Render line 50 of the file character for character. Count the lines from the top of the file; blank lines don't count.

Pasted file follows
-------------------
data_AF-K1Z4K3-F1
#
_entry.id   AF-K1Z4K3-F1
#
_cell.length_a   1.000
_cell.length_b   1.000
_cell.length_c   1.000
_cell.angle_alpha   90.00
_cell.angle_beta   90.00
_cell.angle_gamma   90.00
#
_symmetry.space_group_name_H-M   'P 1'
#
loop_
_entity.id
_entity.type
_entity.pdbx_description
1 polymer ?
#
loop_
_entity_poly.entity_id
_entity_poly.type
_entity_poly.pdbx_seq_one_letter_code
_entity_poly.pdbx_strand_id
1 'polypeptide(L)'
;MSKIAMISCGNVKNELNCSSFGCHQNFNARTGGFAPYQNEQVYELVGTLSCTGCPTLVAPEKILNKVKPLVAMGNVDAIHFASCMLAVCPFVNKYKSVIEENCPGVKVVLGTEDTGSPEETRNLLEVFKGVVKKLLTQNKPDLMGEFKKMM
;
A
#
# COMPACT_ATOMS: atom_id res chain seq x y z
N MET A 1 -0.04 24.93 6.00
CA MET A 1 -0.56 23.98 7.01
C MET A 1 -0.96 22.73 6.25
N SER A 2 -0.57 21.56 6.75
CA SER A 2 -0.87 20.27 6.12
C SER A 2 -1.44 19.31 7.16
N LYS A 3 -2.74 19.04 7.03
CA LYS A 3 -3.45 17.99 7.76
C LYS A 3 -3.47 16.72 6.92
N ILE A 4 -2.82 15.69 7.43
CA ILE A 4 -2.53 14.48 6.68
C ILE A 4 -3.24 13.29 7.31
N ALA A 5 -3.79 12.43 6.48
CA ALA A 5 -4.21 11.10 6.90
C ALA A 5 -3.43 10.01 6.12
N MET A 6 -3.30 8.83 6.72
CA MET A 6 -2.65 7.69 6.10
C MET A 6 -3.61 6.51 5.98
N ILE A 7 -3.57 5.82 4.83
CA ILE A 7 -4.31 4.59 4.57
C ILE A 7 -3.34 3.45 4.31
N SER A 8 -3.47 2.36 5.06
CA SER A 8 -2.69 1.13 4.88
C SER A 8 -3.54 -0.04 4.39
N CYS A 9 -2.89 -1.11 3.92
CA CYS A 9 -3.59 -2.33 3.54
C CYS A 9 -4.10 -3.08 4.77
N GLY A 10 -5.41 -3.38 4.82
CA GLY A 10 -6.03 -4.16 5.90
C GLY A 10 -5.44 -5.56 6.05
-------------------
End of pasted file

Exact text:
CA ILE A 7 -4.31 4.59 4.57